- In the Euro area, the ‘core’ CPI figure (stripping out volatile food and energy prices) came in at 0.7% on an annualized growth rate, compared to the March reading of 0.8%, leaving the effectiveness of the European Central Bank’s extremely accommodative monetary policies open to scrutiny. Meanwhile the minutes of the last ECB Council meeting revealed that members were disappointed that measured inflation expectations had not increased with the stabilisation seen in commodity markets.
- Australia’s April employment report revealed an 11,000 rise in jobs, following a 26,000 rise in the March numbers. The unemployment rate was steady at 5.7%, without edging higher as the market had predicted. Australia’s wage price index only rose a mere 0.4% quarter on quarter in Q1 of 2016, below market expectations. The annual wage inflation fell to 2.1% year on year, the lowest level since the index began in 1997.
- The Australian dollar shot back up above the 73 US cents mark after minutes from the 3rd May RBA board meeting revealed some reluctance by members to cut the cash rate. Consensus among economists, however, remains for at least one more rate cut in 2016, which was reflected in 10 year Australian Government bond yields hitting their lowest level ever of 2.2%.
- New house prices in China rose in 65 of 70 major cities in April, up from 62 cities in March. Prices in Shanghai rose an extraordinary 28.1% year on year, 17.9% in Beijing and 17.3% in Guangzhou. The average price increase was 1.2% month on month, lifting the annual inflation rate to 6.2% year on year from 4.9% previously.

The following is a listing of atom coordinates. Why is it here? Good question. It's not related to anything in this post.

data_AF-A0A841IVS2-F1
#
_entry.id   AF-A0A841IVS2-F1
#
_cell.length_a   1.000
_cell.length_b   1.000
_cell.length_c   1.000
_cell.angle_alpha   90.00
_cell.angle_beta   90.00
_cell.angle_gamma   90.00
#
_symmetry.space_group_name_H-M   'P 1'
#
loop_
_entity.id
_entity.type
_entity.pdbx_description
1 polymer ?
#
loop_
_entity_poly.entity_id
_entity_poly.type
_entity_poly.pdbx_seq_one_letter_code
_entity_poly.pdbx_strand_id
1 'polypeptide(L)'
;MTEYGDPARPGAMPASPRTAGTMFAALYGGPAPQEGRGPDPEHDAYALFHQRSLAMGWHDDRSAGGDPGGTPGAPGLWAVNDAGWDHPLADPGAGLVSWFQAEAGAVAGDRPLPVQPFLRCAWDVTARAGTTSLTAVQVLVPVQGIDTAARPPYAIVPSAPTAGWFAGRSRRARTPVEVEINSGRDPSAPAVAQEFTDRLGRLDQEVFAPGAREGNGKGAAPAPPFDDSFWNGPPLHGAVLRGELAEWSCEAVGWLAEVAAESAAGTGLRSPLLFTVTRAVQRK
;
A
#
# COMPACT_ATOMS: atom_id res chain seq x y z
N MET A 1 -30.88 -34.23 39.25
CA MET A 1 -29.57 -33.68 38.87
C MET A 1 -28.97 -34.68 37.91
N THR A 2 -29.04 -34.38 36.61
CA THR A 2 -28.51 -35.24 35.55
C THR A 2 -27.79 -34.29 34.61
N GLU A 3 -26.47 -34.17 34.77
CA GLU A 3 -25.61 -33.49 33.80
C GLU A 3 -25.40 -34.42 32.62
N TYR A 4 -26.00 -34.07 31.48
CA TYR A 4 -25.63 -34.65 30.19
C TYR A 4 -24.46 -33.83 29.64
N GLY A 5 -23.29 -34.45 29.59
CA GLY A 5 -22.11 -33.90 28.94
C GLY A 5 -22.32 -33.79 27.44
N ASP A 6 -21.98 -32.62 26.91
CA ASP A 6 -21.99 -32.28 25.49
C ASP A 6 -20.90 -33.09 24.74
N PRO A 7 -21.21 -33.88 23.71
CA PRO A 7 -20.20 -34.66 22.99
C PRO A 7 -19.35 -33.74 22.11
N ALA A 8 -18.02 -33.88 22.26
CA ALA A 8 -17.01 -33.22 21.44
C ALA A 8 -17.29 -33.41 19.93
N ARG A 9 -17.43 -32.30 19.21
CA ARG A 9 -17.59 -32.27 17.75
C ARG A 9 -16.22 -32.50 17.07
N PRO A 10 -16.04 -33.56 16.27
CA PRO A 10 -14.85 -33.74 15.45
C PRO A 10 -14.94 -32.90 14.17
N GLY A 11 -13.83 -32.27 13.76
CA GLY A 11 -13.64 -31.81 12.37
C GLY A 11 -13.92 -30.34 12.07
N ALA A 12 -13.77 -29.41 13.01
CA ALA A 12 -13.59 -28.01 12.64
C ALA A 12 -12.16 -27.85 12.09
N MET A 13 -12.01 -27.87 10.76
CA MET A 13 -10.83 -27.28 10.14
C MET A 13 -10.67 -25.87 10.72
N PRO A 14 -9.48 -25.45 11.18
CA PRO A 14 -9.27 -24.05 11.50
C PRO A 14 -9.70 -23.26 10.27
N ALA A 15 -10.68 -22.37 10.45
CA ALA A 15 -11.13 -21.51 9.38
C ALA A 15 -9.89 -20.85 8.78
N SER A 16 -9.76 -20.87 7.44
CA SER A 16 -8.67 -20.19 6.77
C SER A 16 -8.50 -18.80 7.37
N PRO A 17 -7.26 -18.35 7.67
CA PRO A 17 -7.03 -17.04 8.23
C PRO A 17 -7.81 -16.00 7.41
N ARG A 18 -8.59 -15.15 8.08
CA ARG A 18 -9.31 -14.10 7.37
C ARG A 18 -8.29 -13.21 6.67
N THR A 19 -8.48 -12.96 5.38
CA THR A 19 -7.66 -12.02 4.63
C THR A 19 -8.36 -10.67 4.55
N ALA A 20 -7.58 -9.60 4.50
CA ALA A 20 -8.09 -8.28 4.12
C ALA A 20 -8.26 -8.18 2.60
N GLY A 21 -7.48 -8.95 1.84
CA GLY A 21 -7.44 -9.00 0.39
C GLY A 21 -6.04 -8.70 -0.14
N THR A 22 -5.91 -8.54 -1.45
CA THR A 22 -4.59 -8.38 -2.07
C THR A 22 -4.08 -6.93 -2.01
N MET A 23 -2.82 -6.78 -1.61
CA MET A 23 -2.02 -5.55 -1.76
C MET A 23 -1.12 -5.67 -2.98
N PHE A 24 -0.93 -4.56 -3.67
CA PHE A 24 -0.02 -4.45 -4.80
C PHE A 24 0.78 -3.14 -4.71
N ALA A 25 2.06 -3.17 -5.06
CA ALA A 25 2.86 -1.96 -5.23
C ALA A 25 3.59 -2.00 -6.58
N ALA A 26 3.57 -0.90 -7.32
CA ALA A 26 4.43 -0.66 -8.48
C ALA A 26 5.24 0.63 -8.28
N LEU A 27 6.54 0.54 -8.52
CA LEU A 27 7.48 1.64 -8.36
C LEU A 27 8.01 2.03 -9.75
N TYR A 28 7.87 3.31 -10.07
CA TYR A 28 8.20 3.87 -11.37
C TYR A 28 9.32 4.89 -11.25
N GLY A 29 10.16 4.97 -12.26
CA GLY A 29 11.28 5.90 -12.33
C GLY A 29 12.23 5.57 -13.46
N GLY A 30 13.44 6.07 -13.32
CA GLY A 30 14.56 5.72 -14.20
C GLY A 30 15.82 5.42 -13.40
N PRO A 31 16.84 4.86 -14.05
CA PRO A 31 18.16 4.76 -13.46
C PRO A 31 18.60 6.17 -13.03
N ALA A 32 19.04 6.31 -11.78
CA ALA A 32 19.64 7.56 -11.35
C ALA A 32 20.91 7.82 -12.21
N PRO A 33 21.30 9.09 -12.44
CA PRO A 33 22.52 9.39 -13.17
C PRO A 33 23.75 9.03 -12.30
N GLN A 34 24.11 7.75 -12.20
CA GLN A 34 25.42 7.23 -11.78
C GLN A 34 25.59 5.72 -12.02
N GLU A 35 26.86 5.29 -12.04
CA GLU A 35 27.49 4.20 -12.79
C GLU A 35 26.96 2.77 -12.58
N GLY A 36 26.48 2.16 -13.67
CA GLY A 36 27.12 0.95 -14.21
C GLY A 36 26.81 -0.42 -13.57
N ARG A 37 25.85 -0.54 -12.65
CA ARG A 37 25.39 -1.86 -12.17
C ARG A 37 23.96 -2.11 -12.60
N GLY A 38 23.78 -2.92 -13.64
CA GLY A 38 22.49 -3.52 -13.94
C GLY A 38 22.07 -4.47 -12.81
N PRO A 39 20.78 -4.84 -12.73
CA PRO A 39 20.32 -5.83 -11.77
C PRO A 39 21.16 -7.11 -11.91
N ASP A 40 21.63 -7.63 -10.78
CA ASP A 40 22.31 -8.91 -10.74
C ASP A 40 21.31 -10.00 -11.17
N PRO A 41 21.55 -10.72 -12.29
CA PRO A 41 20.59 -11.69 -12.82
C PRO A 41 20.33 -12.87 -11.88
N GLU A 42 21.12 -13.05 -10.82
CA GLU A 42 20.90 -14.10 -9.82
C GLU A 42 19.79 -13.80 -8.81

- Japan’s Q1 2016 GDP growth proved much stronger than the market had expected, rebounding 1.7% following a 1.7% decline in Q4 of 2015. The growth was largely driven by a stronger than expected rise in private consumption and net exports, and occurred despite a 1.4% quarter on quarter decline in business investment.
- Sonic Healthcare has struck a deal with the Federal Government whereby the industry will accept the cuts to the bulk-billing incentive (announced as part of MYEFO) in return for the regulation of excessive collection centre rents.
- APN News & Media announced plans to de-merge NZME (creating a standalone publishing, radio and digital businesses across NZ) and raise $180m via a 1-for-3 accelerated renounceable entitlement offer.
- Australia's major banks have recognised the impact of the dairy crisis on clients, announcing short-term relief measures for farmers. ANZ led the announcements with its "dairy relief package", whereby its dairy clients are able to apply for a three-month suspension of loan repayments, waived loan restructuring fees, adjustments to lending limits on credit cards and early access to term deposits.
- BHP Billiton and Brazilian miner Vale have started rebuilding towns affected by the Samarco dam disaster. They are set to rebuild the Brazilian town of Bento Rodrigues at a different location, after the town residents voted to rebuild about 12 kilometres away.
The Week Ahead
- US: New home sales change April, Jobless claims.
- Australia: Construction Work Done.
- Europe: Manufacturing PMI, Markit Composite PMI.
- China: CB Leading Economic Index.
- Japan: Trade balance, National Core CPI